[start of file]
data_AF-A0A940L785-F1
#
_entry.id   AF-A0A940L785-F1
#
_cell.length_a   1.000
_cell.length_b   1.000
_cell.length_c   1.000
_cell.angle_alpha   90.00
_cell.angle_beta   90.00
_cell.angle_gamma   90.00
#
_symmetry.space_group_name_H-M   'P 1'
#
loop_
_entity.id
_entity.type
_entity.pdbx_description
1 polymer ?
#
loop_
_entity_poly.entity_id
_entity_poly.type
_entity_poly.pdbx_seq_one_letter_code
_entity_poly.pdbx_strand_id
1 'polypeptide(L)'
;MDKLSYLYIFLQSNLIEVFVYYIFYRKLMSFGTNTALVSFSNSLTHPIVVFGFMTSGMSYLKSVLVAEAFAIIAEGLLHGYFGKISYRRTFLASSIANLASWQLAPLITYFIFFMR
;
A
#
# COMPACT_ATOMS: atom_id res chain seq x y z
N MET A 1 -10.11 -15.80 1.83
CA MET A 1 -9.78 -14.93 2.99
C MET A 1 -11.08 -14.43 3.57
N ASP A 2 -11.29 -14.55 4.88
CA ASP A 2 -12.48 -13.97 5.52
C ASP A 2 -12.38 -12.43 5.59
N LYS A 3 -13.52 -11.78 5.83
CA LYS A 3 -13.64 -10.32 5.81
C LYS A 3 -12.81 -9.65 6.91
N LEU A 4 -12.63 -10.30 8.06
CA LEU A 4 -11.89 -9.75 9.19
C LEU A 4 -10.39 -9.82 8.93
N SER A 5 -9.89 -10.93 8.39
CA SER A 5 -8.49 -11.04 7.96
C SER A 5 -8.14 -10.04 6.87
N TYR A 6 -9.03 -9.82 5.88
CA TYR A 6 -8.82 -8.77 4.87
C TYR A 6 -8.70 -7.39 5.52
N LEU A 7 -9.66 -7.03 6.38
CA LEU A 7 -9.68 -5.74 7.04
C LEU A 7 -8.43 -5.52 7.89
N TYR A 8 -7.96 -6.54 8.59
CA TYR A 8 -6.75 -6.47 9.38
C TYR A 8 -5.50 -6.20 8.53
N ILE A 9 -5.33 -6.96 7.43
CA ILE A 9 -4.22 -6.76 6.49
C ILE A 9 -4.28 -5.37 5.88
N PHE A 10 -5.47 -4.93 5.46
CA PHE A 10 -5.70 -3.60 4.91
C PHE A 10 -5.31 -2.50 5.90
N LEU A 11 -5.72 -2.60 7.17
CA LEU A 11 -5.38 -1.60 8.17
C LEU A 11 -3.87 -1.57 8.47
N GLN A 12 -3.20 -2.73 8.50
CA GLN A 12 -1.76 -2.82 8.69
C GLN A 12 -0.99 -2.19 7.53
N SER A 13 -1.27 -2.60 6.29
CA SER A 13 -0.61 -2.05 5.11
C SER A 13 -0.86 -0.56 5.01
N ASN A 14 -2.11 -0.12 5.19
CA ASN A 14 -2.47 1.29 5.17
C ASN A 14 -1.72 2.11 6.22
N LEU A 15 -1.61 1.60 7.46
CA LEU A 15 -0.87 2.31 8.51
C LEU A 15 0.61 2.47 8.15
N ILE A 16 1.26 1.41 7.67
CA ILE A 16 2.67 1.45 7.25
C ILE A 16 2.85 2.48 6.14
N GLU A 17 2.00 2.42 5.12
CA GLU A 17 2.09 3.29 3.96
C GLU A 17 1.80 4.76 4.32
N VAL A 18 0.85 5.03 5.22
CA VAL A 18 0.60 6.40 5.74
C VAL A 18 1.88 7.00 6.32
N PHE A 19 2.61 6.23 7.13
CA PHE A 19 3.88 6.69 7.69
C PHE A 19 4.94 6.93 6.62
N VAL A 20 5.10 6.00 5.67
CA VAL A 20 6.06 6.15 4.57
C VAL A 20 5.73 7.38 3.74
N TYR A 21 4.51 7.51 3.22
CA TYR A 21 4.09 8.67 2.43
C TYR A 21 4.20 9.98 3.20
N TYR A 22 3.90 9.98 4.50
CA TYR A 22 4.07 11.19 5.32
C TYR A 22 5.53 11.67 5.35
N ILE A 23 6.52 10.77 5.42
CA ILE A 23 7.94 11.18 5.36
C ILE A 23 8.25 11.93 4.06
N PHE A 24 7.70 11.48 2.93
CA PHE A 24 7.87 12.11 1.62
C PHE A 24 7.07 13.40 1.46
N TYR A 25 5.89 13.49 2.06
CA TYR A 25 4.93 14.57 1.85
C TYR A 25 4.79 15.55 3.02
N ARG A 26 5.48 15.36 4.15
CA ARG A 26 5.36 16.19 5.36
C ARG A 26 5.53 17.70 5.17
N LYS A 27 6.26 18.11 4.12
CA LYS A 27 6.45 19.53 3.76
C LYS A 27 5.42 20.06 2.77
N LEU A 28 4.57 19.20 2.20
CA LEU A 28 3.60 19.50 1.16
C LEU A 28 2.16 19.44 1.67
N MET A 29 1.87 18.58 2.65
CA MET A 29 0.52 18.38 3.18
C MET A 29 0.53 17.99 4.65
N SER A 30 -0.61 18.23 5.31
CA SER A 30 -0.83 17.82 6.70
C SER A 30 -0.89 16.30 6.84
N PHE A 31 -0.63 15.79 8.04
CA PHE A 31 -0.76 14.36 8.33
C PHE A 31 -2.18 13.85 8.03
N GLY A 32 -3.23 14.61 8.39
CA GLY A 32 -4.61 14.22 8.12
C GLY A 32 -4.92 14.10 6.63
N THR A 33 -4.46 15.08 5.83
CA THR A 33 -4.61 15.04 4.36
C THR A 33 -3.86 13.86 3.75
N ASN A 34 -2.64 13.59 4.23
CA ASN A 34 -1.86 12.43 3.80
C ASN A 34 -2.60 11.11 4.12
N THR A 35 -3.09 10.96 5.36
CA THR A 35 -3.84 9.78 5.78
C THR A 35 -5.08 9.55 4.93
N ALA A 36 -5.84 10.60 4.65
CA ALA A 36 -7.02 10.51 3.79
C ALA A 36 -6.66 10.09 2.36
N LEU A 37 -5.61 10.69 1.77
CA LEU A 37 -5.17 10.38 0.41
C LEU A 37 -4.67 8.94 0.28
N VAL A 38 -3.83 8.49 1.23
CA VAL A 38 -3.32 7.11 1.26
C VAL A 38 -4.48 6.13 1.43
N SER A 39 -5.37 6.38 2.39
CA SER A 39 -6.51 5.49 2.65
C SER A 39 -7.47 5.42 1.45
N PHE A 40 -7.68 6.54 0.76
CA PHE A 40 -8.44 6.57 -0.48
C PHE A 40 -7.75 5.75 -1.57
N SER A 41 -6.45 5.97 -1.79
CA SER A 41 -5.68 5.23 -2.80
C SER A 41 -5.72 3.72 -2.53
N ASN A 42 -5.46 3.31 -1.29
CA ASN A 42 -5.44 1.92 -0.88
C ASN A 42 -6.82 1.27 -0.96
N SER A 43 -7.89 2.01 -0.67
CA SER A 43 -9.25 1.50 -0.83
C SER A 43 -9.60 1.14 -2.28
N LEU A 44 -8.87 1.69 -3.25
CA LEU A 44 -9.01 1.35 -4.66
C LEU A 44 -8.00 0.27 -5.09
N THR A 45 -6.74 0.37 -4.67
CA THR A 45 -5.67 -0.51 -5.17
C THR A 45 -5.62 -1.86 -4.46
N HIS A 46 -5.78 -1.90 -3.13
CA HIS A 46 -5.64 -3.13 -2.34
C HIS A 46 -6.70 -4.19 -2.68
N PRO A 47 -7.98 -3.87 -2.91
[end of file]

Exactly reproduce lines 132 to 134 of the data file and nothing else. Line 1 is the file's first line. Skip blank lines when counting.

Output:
C ASN A 34 -2.60 11.11 4.12
N THR A 35 -3.09 10.96 5.36
CA THR A 35 -3.84 9.78 5.78